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Warmer than usual summer temperatures in store for much of B.C.

·3 min read
The City of Vancouver says outdoor pools will open on May 22 and will follow the same COVID-19 protocols as last year with the hope that as restrictions ease, capacities can be increased. (Christer Waara/CBC - image credit)
The City of Vancouver says outdoor pools will open on May 22 and will follow the same COVID-19 protocols as last year with the hope that as restrictions ease, capacities can be increased. (Christer Waara/CBC - image credit)

Summer is often the most anticipated season of the year, but in Metro Vancouver, it appears we'll have to endure another wet June-uary before our favourite season hits.

And when that happens, meteorologists are forecasting summer 2021 will see warmer than average temperatures.

"The current outlook for summer is above average temperature for the southern half of the South Coast — mid-Island and south — Haida Gwaii and the southwest Interior," said meteorologist Doug Lundquist with Environment Canada.

The average daily temperature in July and August for Metro Vancouver is 23 C.

June will see increased precipitation across the province, but as to how much rainfall we'll see, Lundquist says meteorologists cannot accurately forecast precipitation beyond seven to 10 days. "And don't believe any that say they can," he said.

Instead, he says, forecasters look to climatology — the study of long-term weather patterns — which make it safe to assume that rain is on its way.

"June is our upper low season and it is the wettest time of year in much of B.C." Lundquist said.

Metro Vancouver says water levels in reservoirs, like this one in the Seymour watershed, are within normal range.
Metro Vancouver says water levels in reservoirs, like this one in the Seymour watershed, are within normal range.(Getty Images/Moment RF)

In past summers, warmer, drier conditions came with elevated water restrictions as lawn sprinkling and car washing increased water use by up to 50 per cent over the course of the season.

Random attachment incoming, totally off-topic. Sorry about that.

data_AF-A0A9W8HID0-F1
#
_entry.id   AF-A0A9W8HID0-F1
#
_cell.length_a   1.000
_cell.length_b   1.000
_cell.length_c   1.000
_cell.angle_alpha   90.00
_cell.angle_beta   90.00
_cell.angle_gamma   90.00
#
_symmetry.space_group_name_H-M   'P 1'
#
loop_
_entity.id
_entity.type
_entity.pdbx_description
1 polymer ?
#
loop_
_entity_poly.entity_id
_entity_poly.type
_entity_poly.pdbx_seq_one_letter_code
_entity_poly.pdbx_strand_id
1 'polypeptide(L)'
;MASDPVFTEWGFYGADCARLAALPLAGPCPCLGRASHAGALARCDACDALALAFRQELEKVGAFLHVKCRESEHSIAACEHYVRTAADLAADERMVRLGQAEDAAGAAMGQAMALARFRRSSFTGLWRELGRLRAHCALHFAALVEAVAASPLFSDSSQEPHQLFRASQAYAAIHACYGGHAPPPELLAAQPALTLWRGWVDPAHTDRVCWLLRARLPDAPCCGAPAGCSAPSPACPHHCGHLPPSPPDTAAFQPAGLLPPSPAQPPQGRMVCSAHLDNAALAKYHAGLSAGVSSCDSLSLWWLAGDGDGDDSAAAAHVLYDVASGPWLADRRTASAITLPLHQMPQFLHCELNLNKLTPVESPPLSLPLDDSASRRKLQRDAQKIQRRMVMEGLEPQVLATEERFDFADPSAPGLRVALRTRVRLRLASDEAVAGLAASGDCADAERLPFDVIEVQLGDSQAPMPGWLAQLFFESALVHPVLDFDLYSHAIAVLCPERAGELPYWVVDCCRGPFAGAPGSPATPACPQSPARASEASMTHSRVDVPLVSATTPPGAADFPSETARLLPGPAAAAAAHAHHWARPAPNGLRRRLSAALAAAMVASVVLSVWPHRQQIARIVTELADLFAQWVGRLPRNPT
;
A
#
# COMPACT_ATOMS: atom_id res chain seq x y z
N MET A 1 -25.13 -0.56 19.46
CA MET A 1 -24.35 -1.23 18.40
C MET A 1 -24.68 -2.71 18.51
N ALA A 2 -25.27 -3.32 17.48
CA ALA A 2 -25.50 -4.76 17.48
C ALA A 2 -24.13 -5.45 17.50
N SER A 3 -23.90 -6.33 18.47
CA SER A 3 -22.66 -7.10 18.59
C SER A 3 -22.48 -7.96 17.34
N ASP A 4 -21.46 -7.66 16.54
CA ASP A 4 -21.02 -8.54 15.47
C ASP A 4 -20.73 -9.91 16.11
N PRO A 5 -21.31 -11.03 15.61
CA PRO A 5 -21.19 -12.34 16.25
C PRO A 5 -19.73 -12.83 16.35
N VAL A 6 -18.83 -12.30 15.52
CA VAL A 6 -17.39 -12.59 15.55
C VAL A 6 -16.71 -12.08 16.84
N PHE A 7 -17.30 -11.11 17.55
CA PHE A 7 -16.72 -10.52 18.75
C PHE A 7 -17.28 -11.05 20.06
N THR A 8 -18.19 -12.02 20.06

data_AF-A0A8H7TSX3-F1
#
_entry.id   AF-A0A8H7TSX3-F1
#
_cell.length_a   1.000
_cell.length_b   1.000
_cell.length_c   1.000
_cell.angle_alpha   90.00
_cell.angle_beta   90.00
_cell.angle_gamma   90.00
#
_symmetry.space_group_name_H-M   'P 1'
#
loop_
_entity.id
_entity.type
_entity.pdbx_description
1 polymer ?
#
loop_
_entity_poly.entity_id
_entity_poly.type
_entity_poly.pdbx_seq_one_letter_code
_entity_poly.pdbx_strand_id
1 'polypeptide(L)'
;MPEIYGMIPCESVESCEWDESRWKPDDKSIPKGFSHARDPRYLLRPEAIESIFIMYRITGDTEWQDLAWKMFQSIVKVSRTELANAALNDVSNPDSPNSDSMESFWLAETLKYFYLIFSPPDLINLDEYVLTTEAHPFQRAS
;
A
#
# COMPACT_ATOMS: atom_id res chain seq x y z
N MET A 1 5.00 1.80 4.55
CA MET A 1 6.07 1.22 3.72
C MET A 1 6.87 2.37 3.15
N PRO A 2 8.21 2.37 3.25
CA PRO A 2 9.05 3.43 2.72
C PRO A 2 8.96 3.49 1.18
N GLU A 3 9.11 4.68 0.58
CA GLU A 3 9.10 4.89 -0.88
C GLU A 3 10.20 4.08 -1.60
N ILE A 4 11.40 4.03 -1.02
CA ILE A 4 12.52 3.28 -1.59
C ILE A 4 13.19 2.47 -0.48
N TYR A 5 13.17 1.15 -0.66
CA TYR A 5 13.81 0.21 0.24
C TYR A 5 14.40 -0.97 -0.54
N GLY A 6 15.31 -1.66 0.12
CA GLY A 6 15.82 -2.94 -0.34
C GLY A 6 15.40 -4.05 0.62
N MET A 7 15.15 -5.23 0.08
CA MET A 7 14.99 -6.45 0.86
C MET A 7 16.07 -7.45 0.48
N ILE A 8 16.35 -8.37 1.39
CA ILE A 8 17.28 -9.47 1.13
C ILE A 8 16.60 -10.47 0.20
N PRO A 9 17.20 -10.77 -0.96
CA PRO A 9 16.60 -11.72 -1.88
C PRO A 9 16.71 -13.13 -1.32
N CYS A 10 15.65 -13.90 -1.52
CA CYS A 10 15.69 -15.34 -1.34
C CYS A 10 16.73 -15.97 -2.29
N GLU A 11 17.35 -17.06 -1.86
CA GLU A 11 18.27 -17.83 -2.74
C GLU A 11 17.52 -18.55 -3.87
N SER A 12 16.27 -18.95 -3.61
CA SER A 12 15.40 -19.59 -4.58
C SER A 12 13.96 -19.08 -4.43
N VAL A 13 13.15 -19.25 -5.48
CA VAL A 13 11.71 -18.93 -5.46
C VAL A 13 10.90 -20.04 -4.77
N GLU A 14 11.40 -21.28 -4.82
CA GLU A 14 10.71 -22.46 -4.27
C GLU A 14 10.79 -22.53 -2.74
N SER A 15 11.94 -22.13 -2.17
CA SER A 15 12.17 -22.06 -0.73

Right now, residents and businesses within Metro Vancouver can water their properties twice a week.

In extreme drought conditions, Metro Vancouver can bring in higher stages of restrictions. But because of healthy snowpack levels that isn't expected to change as the season heats up.

"At this time, we do not foresee any restrictions this summer beyond what is typical," said Metro Vancouver spokesperson Niki Reitmayer.

The latest update from the province released Friday shows snowpack levels throughout B.C. are slightly above normal for this time of year.

According to Metro Vancouver, the three mountain water reservoir levels are also within the normal range.

"With a cooler than normal spring, we still have a lot of snow to melt," said CBC meteorologist Johanna Wagstaffe.

"In fact, that spell of summer we had in mid-April didn't do much to melt the alpine snow since the sun angle and hours of daylight were still low."

The B.C. Wildfire Service says predicting the severity of the upcoming fire season at this stage is difficult to do. Fire officials will be carefully watching how much precipitation May and June will bring because significant amounts can help reduce the severity of forest fuels later in the summer.

"This is important because once the larger, deeper fuels begin to dry, the severity of fires tends to increase as well," said fire information officer Karley Desrosiers. "It's the frequency and duration of rainfall that most influences wildfire activity."

Wagstaffe says bear in mind that right now, current weather forecast models are based on 1981 to 2010 normals. The next update from Environment and Climate Change Canada is due next year.

"But after seeing the new normals from the U.S. that just came out for the Pacific Northwest, it's very likely that we will be warmer than our averages since the baseline is shifting warmer with climate change," she said.

Metro Vancouver field hydrologist Peter Marshall and CBC meteorologist Brett Soderholm push a snowpack measuring tool into the snow. New technology is helping provide a clearer picture of the region’s drinking water supply.
Metro Vancouver field hydrologist Peter Marshall and CBC meteorologist Brett Soderholm push a snowpack measuring tool into the snow. New technology is helping provide a clearer picture of the region’s drinking water supply.(Ken Leedham/CBC)
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